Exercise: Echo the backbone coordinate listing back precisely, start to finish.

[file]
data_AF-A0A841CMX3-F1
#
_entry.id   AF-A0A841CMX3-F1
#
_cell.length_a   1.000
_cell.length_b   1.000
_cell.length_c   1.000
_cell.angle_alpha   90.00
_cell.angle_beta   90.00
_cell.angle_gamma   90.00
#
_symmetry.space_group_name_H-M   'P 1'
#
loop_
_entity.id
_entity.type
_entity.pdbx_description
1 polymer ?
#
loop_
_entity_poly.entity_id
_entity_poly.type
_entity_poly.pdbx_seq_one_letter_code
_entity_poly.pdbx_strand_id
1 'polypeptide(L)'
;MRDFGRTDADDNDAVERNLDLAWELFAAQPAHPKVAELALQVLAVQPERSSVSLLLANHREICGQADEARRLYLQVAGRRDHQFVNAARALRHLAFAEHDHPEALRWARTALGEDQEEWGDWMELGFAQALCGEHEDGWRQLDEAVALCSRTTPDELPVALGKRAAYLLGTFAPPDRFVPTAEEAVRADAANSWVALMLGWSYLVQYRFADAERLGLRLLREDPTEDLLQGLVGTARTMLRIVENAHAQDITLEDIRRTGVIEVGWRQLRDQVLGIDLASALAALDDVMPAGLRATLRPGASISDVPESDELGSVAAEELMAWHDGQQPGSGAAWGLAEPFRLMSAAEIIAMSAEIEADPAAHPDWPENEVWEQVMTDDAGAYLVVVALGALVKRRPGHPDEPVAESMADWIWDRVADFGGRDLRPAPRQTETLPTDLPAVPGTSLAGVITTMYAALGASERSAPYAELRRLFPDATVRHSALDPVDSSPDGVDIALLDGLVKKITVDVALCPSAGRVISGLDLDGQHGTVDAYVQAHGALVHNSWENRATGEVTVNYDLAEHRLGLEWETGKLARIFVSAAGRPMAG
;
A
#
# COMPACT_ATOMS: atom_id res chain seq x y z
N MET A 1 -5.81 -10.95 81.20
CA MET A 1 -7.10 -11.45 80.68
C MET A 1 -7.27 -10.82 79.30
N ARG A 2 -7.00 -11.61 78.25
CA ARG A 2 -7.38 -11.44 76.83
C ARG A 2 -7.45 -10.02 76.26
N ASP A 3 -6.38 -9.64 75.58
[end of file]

data_AF-A0A841CMX3-F1
#
_entry.id   AF-A0A841CMX3-F1
#
_cell.length_a   1.000
_cell.length_b   1.000
_cell.length_c   1.000
_cell.angle_alpha   90.00
_cell.angle_beta   90.00
_cell.angle_gamma   90.00
#
_symmetry.space_group_name_H-M   'P 1'
#
loop_
_entity.id
_entity.type
_entity.pdbx_description
1 polymer ?
#
loop_
_entity_poly.entity_id
_entity_poly.type
_entity_poly.pdbx_seq_one_letter_code
_entity_poly.pdbx_strand_id
1 'polypeptide(L)'
;MRDFGRTDADDNDAVERNLDLAWELFAAQPAHPKVAELALQVLAVQPERSSVSLLLANHREICGQADEARRLYLQVAGRRDHQFVNAARALRHLAFAEHDHPEALRWARTALGEDQEEWGDWMELGFAQALCGEHEDGWRQLDEAVALCSRTTPDELPVALGKRAAYLLGTFAPPDRFVPTAEEAVRADAANSWVALMLGWSYLVQYRFADAERLGLRLLREDPTEDLLQGLVGTARTMLRIVENAHAQDITLEDIRRTGVIEVGWRQLRDQVLGIDLASALAALDDVMPAGLRATLRPGASISDVPESDELGSVAAEELMAWHDGQQPGSGAAWGLAEPFRLMSAAEIIAMSAEIEADPAAHPDWPENEVWEQVMTDDAGAYLVVVALGALVKRRPGHPDEPVAESMADWIWDRVADFGGRDLRPAPRQTETLPTDLPAVPGTSLAGVITTMYAALGASERSAPYAELRRLFPDATVRHSALDPVDSSPDGVDIALLDGLVKKITVDVALCPSAGRVISGLDLDGQHGTVDAYVQAHGALVHNSWENRATGEVTVNYDLAEHRLGLEWETGKLARIFVSAAGRPMAG
;
A
#
# COMPACT_ATOMS: atom_id res chain seq x y z
N MET A 1 -5.81 -10.95 81.20
CA MET A 1 -7.10 -11.45 80.68
C MET A 1 -7.27 -10.82 79.30
N ARG A 2 -7.00 -11.61 78.25
CA ARG A 2 -7.38 -11.44 76.83
C ARG A 2 -7.45 -10.02 76.26
N ASP A 3 -6.38 -9.64 75.58